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+ Real-Time group scheduling
+ --------------------------
+
+CONTENTS
+========
+
+0. WARNING
+1. Overview
+ 1.1 The problem
+ 1.2 The solution
+2. The interface
+ 2.1 System-wide settings
+ 2.2 Default behaviour
+ 2.3 Basis for grouping tasks
+3. Future plans
+
+
+0. WARNING
+==========
+
+ Fiddling with these settings can result in an unstable system, the knobs are
+ root only and assumes root knows what he is doing.
+
+Most notable:
+
+ * very small values in sched_rt_period_us can result in an unstable
+ system when the period is smaller than either the available hrtimer
+ resolution, or the time it takes to handle the budget refresh itself.
+
+ * very small values in sched_rt_runtime_us can result in an unstable
+ system when the runtime is so small the system has difficulty making
+ forward progress (NOTE: the migration thread and kstopmachine both
+ are real-time processes).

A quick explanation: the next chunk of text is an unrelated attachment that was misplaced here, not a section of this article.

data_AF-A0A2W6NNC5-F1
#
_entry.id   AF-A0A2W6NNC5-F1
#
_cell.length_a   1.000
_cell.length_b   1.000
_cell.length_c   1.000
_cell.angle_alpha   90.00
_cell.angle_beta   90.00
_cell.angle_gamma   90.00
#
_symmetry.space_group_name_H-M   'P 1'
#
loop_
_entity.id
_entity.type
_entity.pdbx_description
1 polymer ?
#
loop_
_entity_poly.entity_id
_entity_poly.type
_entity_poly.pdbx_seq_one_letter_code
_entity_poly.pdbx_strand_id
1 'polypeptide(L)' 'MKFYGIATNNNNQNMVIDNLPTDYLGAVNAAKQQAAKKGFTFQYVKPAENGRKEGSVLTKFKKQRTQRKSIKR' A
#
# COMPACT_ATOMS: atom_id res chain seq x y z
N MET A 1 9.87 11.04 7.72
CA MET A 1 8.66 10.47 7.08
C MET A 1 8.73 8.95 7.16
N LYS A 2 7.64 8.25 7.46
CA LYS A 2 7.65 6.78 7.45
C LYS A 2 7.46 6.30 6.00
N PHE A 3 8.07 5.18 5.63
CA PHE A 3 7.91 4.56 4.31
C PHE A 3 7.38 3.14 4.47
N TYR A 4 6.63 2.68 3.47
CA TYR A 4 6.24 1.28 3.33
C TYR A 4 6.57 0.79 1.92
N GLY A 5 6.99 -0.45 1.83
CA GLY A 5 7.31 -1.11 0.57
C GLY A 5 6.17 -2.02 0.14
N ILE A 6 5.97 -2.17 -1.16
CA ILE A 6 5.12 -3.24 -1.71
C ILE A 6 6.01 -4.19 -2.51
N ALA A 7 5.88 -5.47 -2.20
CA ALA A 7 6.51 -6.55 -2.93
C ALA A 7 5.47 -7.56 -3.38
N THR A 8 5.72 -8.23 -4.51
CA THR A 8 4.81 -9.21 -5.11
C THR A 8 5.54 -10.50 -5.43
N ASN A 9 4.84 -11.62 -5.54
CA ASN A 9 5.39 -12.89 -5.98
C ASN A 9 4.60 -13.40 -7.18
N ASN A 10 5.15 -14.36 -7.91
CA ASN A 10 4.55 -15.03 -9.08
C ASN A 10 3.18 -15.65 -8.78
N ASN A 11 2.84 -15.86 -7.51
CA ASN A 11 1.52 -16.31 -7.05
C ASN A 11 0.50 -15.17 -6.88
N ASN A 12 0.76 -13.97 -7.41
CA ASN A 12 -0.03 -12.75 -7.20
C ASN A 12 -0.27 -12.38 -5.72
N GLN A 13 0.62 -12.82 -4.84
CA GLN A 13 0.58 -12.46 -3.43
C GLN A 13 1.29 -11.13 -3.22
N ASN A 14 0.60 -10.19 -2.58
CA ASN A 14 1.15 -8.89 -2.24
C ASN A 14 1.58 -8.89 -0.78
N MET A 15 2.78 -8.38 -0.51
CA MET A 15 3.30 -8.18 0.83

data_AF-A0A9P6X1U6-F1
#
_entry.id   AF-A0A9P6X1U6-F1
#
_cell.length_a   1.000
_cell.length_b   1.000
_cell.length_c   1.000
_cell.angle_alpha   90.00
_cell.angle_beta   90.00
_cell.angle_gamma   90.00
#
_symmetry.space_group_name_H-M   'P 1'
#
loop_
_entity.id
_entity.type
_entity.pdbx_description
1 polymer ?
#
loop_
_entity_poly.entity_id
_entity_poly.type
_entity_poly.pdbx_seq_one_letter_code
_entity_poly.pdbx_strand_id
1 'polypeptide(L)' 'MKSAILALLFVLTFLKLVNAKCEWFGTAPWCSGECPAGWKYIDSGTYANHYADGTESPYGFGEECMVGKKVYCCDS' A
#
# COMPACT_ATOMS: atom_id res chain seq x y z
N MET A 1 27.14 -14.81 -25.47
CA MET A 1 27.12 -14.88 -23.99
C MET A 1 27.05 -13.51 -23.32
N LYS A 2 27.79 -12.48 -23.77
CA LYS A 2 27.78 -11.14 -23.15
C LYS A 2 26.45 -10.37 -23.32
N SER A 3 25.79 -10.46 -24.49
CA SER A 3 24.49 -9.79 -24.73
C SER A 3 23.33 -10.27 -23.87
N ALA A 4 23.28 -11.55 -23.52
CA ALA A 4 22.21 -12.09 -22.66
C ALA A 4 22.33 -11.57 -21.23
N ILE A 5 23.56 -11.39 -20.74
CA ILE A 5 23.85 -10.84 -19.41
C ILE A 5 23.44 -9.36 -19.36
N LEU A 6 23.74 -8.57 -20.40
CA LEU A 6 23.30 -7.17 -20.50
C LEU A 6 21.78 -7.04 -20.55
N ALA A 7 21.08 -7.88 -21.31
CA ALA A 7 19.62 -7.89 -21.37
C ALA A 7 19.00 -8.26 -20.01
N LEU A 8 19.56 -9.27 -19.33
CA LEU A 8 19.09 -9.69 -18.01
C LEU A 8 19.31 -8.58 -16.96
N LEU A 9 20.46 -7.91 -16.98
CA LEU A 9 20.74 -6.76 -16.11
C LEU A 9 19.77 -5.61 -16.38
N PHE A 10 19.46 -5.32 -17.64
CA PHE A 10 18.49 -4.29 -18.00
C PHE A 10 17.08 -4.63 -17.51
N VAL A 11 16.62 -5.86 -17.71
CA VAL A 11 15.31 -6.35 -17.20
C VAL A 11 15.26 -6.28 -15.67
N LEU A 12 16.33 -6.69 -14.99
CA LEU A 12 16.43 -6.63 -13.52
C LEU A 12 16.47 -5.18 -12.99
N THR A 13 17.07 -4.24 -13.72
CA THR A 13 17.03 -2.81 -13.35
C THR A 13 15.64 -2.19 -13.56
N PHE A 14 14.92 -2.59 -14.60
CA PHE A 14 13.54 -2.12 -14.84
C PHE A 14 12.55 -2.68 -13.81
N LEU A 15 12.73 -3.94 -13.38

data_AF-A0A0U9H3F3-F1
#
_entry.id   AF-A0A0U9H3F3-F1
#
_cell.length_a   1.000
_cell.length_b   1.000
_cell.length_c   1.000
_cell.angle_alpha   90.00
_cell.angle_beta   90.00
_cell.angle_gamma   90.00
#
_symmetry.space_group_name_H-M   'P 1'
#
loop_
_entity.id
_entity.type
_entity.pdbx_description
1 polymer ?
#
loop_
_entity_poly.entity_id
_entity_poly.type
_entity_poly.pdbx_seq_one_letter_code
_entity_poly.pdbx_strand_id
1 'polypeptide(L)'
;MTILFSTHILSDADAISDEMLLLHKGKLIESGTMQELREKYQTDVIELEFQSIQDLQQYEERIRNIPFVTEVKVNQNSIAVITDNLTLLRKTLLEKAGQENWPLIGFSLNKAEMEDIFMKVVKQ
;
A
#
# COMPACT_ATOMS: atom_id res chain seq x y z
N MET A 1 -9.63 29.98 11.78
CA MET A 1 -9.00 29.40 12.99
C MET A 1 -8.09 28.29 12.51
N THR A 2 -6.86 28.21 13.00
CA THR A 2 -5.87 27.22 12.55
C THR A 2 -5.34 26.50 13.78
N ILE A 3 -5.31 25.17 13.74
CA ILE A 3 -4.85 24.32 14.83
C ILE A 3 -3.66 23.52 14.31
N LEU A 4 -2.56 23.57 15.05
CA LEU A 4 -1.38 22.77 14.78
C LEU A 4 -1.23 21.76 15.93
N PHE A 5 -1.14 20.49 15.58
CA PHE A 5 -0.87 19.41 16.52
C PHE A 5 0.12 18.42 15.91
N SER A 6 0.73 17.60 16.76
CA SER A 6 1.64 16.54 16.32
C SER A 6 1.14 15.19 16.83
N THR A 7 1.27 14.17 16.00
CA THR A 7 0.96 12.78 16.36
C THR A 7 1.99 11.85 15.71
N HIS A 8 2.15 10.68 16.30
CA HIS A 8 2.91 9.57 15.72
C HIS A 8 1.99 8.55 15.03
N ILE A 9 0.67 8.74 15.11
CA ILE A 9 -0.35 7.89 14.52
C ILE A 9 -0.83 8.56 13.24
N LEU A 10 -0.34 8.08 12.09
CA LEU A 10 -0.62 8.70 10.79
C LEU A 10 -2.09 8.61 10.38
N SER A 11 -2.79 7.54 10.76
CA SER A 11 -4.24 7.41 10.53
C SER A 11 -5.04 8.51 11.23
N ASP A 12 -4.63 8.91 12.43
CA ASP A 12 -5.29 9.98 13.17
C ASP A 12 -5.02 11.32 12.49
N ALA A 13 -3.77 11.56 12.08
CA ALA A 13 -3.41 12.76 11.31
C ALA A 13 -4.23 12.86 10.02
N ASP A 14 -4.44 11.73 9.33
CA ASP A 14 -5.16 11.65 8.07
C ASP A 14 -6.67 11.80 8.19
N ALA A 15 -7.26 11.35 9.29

+
+1. Overview
+===========
+
+
+1.1 The problem
+---------------
+
+Realtime scheduling is all about determinism, a group has to be able to rely on
+the amount of bandwidth (eg. CPU time) being constant. In order to schedule
+multiple groups of realtime tasks, each group must be assigned a fixed portion
+of the CPU time available. Without a minimum guarantee a realtime group can
+obviously fall short. A fuzzy upper limit is of no use since it cannot be
+relied upon. Which leaves us with just the single fixed portion.
+
+1.2 The solution
+----------------
+
+CPU time is divided by means of specifying how much time can be spent running
+in a given period. We allocate this "run time" for each realtime group which
+the other realtime groups will not be permitted to use.
+
+Any time not allocated to a realtime group will be used to run normal priority
+tasks (SCHED_OTHER). Any allocated run time not used will also be picked up by
+SCHED_OTHER.
+
+Let's consider an example: a frame fixed realtime renderer must deliver 25
+frames a second, which yields a period of 0.04s per frame. Now say it will also
+have to play some music and respond to input, leaving it with around 80% CPU
+time dedicated for the graphics. We can then give this group a run time of 0.8
+* 0.04s = 0.032s.
+
+This way the graphics group will have a 0.04s period with a 0.032s run time
+limit. Now if the audio thread needs to refill the DMA buffer every 0.005s, but